He seized my handle-bar and righted me before I fell off.

“See what you did by saying I never was hard up,” I said. “I’ll tell you what, Teddy. You needn’t give me the money. I’ll bring you some gloves and stockings!”

“Oh, I say, honest? Oh, but you’re the right kind of a sister! I’ll never forget that as long as I live. You do look so nice on your wheel. You sit so straight and ”

I saw a milkman coming. We three were the only objects in sight, yet I headed for him.

“Get out of my way,” I shrieked at him. “I’m a beginner. Turn off!”

He lashed his horse and cut down a side street.

“What a narrow escape,” I sighed. “How glad I am I happened to think of that.”

I looked up pleasantly at Ted. He was biting his lips and he looked raging.

“You are the most hopeless girl I ever saw!” he burst out. “I wish you didn’t own a wheel.”

“I don’t,” I said. “The wheel owns me.”

“You haven’t the manners of ”

“Stockings,” I said, looking straight ahead. “Silk stockings with polka dots embroidered on them, N.”

Ted looked sheepish.

“I ride so well,” I proceeded. “I sit up so straight and look so nice.”

No answer.

“Gloves,” I went on, still without looking at him. “White and pearl ones for evening, and russet gloves for the street, N.”

“Oh, quit, won’t you? I’m sorry I said that. But if you only knew how you mortify me.”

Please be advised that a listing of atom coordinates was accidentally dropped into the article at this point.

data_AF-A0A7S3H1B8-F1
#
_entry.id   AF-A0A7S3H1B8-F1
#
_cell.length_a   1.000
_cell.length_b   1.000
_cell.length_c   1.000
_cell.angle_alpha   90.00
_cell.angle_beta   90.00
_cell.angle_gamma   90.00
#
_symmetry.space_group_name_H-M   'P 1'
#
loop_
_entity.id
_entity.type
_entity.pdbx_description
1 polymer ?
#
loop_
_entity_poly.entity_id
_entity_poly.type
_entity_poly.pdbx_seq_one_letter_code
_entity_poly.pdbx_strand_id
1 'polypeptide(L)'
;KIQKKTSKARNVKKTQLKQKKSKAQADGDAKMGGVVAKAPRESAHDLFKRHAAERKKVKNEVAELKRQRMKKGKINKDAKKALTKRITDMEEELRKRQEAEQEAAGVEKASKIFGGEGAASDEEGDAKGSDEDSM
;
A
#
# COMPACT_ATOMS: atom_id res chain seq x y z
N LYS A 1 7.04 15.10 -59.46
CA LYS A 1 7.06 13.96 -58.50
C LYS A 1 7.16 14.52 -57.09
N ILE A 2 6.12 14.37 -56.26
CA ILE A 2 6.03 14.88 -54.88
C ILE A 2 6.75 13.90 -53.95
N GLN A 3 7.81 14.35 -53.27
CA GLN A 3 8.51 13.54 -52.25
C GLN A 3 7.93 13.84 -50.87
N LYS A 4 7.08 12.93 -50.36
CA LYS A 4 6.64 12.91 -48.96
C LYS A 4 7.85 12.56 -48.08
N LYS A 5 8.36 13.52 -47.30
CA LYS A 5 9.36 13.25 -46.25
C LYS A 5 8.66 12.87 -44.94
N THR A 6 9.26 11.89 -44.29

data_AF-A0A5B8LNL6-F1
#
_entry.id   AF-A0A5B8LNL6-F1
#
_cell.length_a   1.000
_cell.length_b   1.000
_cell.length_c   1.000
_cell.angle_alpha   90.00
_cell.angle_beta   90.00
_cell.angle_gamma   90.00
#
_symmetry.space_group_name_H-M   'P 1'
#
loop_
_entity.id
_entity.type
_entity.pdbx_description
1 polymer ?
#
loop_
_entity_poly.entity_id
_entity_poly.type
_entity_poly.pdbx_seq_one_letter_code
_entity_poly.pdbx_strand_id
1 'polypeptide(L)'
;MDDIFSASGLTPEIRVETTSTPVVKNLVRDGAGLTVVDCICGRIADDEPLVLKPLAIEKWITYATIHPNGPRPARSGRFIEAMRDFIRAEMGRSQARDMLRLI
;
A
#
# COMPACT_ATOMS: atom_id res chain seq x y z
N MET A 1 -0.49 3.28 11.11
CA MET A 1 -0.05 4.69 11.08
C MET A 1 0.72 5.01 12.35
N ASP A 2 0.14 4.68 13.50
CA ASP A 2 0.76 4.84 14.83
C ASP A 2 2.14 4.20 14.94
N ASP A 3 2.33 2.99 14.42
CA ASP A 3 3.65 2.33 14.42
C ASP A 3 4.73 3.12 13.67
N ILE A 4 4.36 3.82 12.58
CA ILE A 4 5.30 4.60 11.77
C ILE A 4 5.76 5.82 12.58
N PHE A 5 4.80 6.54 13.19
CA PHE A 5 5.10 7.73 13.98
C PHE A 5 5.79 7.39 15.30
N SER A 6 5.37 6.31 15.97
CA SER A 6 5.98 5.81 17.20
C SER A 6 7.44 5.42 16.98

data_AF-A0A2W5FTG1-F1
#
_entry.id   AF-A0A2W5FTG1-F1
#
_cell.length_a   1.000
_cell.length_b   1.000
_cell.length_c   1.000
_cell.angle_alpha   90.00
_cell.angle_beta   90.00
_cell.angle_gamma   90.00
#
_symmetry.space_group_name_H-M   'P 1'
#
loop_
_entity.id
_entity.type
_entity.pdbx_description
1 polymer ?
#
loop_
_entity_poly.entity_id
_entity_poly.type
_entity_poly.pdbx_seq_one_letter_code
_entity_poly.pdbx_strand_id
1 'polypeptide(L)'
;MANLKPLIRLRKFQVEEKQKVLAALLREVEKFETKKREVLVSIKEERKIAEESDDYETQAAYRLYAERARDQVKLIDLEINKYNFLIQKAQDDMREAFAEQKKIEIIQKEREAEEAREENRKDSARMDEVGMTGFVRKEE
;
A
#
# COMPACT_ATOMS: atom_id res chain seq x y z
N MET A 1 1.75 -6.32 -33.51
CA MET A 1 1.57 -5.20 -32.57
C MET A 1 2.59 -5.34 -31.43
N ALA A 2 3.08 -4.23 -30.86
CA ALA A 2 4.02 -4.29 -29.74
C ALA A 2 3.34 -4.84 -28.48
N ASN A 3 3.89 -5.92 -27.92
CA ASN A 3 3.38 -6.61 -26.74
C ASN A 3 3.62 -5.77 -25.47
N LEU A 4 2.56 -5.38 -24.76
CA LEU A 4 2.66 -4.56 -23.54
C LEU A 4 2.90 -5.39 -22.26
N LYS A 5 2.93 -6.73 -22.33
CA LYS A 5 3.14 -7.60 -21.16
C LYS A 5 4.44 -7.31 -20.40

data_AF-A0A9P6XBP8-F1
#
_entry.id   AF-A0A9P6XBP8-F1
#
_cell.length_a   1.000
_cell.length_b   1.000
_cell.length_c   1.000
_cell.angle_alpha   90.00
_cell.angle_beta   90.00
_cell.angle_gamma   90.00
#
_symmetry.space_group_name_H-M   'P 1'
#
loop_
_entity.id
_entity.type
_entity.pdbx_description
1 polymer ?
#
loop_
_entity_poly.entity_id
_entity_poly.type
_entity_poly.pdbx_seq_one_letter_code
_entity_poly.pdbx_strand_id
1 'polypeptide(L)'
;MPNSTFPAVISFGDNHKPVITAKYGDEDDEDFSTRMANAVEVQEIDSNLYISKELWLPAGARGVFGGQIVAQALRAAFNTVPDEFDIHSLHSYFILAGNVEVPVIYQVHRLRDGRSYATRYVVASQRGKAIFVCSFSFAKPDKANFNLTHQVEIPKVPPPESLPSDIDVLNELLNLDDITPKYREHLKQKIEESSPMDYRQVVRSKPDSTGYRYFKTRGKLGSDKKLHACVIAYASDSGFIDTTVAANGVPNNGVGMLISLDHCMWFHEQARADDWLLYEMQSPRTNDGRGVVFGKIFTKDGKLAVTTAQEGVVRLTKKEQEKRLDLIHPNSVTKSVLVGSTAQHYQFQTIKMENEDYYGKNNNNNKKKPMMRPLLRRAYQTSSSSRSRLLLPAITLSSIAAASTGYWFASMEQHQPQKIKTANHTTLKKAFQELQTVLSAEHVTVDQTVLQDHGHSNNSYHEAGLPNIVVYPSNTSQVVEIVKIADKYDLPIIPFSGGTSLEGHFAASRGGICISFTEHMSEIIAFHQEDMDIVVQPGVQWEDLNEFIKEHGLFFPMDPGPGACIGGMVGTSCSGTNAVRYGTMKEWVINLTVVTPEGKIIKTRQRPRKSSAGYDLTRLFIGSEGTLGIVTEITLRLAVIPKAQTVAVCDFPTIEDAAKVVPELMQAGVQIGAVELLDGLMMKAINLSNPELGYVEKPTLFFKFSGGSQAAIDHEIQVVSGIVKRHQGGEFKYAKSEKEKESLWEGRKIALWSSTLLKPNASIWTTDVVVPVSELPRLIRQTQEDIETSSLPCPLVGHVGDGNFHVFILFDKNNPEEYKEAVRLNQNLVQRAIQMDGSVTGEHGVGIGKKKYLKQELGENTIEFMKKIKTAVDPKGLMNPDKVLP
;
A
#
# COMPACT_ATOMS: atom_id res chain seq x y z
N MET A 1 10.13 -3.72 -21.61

“Cheer up, Tedcastle. I am going away, you know. And when I come back you will either have got over caring so much or I will be more of a lady.”

“I’m sorry you are going,” said my brother. “But as you are going, perhaps you will let me use your rooms while you are gone. Your bed is the best one I ever slept in, and your study would be bully for the boys when they come to see me.”

I was too stunned to reply. He went on, utterly oblivious of my consternation:

“And I am going to use your wheel while you are gone, if you don’t mind, to take the girls out on. I know some awfully nice girls who can ride, but their wheels are last year’s make, and they won’t ride them. I’d rather like to be able to offer them a new wheel.”

“I am not going to take all my party dresses. Have you any use for them?” I said.

“Why, what’s the matter? Won’t you let me have your rooms?”

“Merciful heavens, child! I should say not!”

“Why, I haven’t asked you for much,” said my small, modest brother. “You offered.”

“Well, just wait till I offer the rest. But I’ll tell you what I will do, Ted. If you will promise not to go into my rooms and rummage once while I am gone, and not to touch my wheel, I’ll buy you a tandem, and then you can take the girls on that.”

“I’d rather have you bring me some things from Europe,” said my shrinking brother.

“All right. I’ll do that, but let me off this thing. I am so tired I can’t move. You’ll have to walk it back and give me five cents to ride home on the car.”

I crawled in to breakfast more dead than alive.

“What’s the matter, dearie? Did you ride too far?” asked mamma.

“I don’t know whether I rode too far or whether it was Ted’s asking if he couldn’t use my rooms while I was gone, but something has made me tired. What’s that? Whom is papa talking to over the telephone?”

Papa came in fuming and fretting.

“Who was it this time?” I questioned, with anticipation. Inquiries over the telephone were sure to be interesting to me just now.